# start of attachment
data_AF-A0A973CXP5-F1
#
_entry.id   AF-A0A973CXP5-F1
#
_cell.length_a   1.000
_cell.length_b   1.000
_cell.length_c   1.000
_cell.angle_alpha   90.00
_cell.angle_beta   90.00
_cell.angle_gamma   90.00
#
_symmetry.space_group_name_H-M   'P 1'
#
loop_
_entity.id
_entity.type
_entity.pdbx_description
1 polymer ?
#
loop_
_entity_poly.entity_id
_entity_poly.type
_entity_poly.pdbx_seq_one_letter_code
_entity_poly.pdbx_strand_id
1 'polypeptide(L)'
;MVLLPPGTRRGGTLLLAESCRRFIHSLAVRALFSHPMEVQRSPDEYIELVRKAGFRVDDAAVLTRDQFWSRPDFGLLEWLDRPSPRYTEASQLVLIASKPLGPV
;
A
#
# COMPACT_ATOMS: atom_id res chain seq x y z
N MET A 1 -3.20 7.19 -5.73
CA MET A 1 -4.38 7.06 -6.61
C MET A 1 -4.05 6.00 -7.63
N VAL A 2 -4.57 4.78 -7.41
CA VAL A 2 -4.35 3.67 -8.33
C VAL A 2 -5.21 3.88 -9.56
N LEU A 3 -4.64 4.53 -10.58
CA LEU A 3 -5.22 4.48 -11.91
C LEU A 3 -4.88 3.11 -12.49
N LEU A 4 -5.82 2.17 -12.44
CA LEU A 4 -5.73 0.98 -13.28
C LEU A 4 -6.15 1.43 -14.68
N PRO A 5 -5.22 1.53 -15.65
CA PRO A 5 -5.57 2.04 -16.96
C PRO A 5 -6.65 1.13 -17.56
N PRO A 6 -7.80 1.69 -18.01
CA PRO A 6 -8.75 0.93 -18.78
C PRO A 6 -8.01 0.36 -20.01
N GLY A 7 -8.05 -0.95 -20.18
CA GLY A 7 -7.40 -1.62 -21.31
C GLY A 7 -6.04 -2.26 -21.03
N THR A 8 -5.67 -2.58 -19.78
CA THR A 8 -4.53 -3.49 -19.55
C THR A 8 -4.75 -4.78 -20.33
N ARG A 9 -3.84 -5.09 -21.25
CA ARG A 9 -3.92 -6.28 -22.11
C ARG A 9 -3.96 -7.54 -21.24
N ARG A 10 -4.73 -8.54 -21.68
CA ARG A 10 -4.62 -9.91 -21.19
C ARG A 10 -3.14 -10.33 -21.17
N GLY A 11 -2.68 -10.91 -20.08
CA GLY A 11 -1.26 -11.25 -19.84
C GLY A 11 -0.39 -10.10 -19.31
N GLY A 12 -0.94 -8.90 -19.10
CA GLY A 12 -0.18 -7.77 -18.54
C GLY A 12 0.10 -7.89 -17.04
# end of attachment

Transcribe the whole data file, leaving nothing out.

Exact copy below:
data_AF-A0A973CXP5-F1
#
_entry.id   AF-A0A973CXP5-F1
#
_cell.length_a   1.000
_cell.length_b   1.000
_cell.length_c   1.000
_cell.angle_alpha   90.00
_cell.angle_beta   90.00
_cell.angle_gamma   90.00
#
_symmetry.space_group_name_H-M   'P 1'
#
loop_
_entity.id
_entity.type
_entity.pdbx_description
1 polymer ?
#
loop_
_entity_poly.entity_id
_entity_poly.type
_entity_poly.pdbx_seq_one_letter_code
_entity_poly.pdbx_strand_id
1 'polypeptide(L)'
;MVLLPPGTRRGGTLLLAESCRRFIHSLAVRALFSHPMEVQRSPDEYIELVRKAGFRVDDAAVLTRDQFWSRPDFGLLEWLDRPSPRYTEASQLVLIASKPLGPV
;
A
#
# COMPACT_ATOMS: atom_id res chain seq x y z
N MET A 1 -3.20 7.19 -5.73
CA MET A 1 -4.38 7.06 -6.61
C MET A 1 -4.05 6.00 -7.63
N VAL A 2 -4.57 4.78 -7.41
CA VAL A 2 -4.35 3.67 -8.33
C VAL A 2 -5.21 3.88 -9.56
N LEU A 3 -4.64 4.53 -10.58
CA LEU A 3 -5.22 4.48 -11.91
C LEU A 3 -4.88 3.11 -12.49
N LEU A 4 -5.82 2.17 -12.44
CA LEU A 4 -5.73 0.98 -13.28
C LEU A 4 -6.15 1.43 -14.68
N PRO A 5 -5.22 1.53 -15.65
CA PRO A 5 -5.57 2.04 -16.96
C PRO A 5 -6.65 1.13 -17.56
N PRO A 6 -7.80 1.69 -18.01
CA PRO A 6 -8.75 0.93 -18.78
C PRO A 6 -8.01 0.36 -20.01
N GLY A 7 -8.05 -0.95 -20.18
CA GLY A 7 -7.40 -1.62 -21.31
C GLY A 7 -6.04 -2.26 -21.03
N THR A 8 -5.67 -2.58 -19.78
CA THR A 8 -4.53 -3.49 -19.55
C THR A 8 -4.75 -4.78 -20.33
N ARG A 9 -3.84 -5.09 -21.25
CA ARG A 9 -3.92 -6.28 -22.11
C ARG A 9 -3.96 -7.54 -21.24
N ARG A 10 -4.73 -8.54 -21.68
CA ARG A 10 -4.62 -9.91 -21.19
C ARG A 10 -3.14 -10.33 -21.17
N GLY A 11 -2.68 -10.91 -20.08
CA GLY A 11 -1.26 -11.25 -19.84
C GLY A 11 -0.39 -10.10 -19.31
N GLY A 12 -0.94 -8.90 -19.10
CA GLY A 12 -0.18 -7.77 -18.54
C GLY A 12 0.10 -7.89 -17.04